I am already looking forward to a “tot” of rum with my crew and tying up in the Dockyard in English Harbor.

So as we inch our way south and closer to Antigua, I think it’s safe to say that “it’s getting a little better every day”.  Let’s hope that the forecast continues to improve.

So that’s about it from Pandora as we sometimes motor sail, sometime sail on our way south.  It’s a beautiful day in the neighborhood, the sky is blue and the seas are calm.  Not bad for a day on the water.

One more thing.  Peter has proposed a wager on our arrival time and the one that best guesses the time when we drop anchor in English Harbor gets, well nothing.  However, the one of us that is most off buys the first round of drinks.

I’m on it.

Antigua, you can’t get there from here…yet

It’s Tuesday morning and we are motoring along in conditions that are more like Long Island Sound on an August day than ocean sailing hundreds of miles from land.   The wind has become very light and is likely to stay that way for at least another day.

In the next day or so, we will reach a point during the trip when we are the farthest from land and in every direction land will be some 500 miles.  There’s not much out here except the occasional ship that passes on the horizon or dolphins that come up to check us out for a few moments before moving on.

Currently, we are nearly 300 miles from Bermuda and even farther from the US.  Perhaps more importantly, we are about 1/3 of the way to Antigua.  But not so fast, as some pretty impressive headwinds will be arriving in a few days so we will have to tack to the east and even northeast for perhaps several days while we wait for more favorable conditions.  Sadly, when we tack we will actually be heading away from our destination, and that will be very frustrating.

The big driver of the adverse winds that will blow from the SE and keep us from making headway toward Antigua, is a major storm off of the US east coast that is expected to form in the next few days.  That storm, or low, will suck wind in from thousands of miles in every direction and disrupt the easterly trade winds that we would normally encounter as we get closer to the Caribbean .

While a big storm off of the east coast brings nasty weather to the US and Bahamas, those same winds disrupt the trade winds and generally weaken the winds down south.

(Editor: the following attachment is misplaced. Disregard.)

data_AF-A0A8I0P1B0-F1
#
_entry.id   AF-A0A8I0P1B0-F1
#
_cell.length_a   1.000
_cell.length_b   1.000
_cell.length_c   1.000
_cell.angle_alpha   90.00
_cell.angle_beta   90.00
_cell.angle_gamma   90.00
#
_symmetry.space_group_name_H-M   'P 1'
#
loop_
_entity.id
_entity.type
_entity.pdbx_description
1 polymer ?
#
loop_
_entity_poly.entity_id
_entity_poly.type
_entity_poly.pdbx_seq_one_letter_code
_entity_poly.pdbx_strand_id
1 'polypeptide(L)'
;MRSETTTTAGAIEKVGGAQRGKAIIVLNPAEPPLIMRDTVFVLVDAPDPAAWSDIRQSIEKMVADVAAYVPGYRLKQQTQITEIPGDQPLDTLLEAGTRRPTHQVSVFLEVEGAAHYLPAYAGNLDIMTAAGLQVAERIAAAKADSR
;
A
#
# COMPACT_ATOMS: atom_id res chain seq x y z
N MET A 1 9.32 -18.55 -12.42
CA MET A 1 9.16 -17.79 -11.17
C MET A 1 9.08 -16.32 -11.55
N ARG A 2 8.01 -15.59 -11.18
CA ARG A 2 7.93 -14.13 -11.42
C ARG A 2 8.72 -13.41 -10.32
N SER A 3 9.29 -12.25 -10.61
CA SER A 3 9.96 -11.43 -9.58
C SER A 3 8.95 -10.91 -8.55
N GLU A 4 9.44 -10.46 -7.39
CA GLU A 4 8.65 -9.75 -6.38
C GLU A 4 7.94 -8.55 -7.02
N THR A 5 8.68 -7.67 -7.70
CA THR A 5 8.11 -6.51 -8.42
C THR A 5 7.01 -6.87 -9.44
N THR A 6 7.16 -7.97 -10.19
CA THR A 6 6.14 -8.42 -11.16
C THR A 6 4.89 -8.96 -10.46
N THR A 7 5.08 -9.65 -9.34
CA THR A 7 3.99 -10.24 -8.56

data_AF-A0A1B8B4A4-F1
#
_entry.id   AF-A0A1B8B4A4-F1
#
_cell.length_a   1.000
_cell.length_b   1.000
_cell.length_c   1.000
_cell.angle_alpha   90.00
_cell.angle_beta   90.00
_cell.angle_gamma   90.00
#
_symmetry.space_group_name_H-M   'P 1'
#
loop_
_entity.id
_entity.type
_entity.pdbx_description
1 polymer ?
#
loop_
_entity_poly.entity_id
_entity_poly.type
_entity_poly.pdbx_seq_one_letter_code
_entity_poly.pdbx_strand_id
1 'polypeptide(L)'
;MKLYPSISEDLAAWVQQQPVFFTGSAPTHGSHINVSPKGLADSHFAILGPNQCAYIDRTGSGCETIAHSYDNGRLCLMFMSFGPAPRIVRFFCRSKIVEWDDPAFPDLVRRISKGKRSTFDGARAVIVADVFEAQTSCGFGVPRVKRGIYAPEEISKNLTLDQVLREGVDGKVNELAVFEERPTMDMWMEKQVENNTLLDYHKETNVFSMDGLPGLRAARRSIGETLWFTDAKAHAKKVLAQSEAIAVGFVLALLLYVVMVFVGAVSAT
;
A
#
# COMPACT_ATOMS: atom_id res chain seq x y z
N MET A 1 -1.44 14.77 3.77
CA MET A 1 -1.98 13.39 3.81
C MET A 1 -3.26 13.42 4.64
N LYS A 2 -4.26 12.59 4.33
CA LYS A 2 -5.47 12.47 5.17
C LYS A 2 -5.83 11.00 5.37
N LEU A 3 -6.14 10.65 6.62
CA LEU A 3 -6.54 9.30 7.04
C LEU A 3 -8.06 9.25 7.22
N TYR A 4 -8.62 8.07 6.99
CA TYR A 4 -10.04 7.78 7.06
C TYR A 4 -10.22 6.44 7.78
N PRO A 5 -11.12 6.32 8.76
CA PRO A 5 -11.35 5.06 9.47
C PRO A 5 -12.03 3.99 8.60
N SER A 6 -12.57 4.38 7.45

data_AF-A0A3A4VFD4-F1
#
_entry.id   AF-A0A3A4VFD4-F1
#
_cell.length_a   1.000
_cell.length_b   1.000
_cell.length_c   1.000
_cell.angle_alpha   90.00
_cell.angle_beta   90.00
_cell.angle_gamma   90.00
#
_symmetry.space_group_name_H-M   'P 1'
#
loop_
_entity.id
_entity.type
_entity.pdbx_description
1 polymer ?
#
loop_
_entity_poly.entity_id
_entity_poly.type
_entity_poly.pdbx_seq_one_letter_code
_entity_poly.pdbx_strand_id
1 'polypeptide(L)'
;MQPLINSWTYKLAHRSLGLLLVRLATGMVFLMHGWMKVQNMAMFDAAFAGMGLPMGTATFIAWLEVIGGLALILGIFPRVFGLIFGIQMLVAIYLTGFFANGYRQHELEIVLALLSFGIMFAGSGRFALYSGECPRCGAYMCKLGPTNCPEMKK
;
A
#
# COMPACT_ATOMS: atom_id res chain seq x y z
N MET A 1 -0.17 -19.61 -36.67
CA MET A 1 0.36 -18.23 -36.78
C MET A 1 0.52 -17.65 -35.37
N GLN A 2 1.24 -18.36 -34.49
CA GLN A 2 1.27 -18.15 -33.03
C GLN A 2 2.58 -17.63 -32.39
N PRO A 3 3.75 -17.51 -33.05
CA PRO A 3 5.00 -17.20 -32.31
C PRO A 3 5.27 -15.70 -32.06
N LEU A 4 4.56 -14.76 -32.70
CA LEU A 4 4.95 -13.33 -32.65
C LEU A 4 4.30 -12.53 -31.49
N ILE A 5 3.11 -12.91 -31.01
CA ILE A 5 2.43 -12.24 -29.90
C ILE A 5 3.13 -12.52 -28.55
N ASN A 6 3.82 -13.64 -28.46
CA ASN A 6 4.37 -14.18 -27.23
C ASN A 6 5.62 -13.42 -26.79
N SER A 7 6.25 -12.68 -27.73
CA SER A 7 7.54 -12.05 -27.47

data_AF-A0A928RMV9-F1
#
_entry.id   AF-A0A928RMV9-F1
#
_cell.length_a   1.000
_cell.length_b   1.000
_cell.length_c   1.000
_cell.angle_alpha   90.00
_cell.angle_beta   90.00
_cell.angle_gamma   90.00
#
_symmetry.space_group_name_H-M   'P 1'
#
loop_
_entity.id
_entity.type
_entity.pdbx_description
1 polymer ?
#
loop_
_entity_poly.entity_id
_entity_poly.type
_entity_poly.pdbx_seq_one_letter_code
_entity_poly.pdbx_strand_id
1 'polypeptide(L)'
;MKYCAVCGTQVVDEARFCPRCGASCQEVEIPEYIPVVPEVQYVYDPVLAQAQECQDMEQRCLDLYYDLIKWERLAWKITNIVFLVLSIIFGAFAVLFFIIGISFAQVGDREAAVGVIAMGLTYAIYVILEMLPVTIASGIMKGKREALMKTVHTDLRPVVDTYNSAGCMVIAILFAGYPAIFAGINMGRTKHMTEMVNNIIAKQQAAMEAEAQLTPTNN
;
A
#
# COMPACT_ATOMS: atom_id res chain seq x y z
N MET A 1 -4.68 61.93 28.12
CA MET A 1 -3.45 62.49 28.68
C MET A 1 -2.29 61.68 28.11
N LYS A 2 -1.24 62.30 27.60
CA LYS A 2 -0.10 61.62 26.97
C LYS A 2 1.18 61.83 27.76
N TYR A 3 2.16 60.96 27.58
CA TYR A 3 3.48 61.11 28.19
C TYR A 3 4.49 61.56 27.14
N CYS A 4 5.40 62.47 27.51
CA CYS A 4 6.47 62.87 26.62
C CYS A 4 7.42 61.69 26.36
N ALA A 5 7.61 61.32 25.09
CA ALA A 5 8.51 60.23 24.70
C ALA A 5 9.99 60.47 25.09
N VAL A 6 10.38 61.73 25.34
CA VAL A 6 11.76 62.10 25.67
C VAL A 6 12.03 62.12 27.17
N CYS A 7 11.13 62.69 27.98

For now, we are motoring in very light winds, heading in the general direction of the Caribbean.  However, in a few days we will have to head on a course that will likely be perpendicular to our destination and while we will be moving along nicely, we will be in more of a holding pattern, waiting for the winds to shift and allow us to turn south again.

I really do hope we can avoid that multi day delay but we won’t know for sure by Thursday.

Another fear is that we will not have enough fuel to make the rest of the trip but I think that we will do well as we did a good amount of “easting”, under sail, over the first few days of the trip and resisted the temptation to head south.   I was pretty sure that a direct run south might not be in our best interest and I am glad that I took that approach as being a bit farther east than some in the fleet will allow us a better angle for sailing south.

As a general rule, you want to do as much easting as possible early in the trip so that when the easterly trades fill in, you have a comfortable point of sail.

Well, so far so good.

So, when will we get to Antigua?  I actually have no idea as it is likely that we will spend a few days sailing perpendicular to Antigua, and that will feel like “you can’t get there from here”, well, at least until the trades fill in again and we can make our way south for the remaining distance to Antigua.

All and all, I can see us arriving in Antigua, but when that is will remain a mystery for now.  Being at sea is a lot different than being in a car with a GPS that calculates the arrival time within minutes.  While roads can become congested, they generally don’t go away.  At sea, when the wind blows from where you want to go, there is just no way to get there until conditions improve.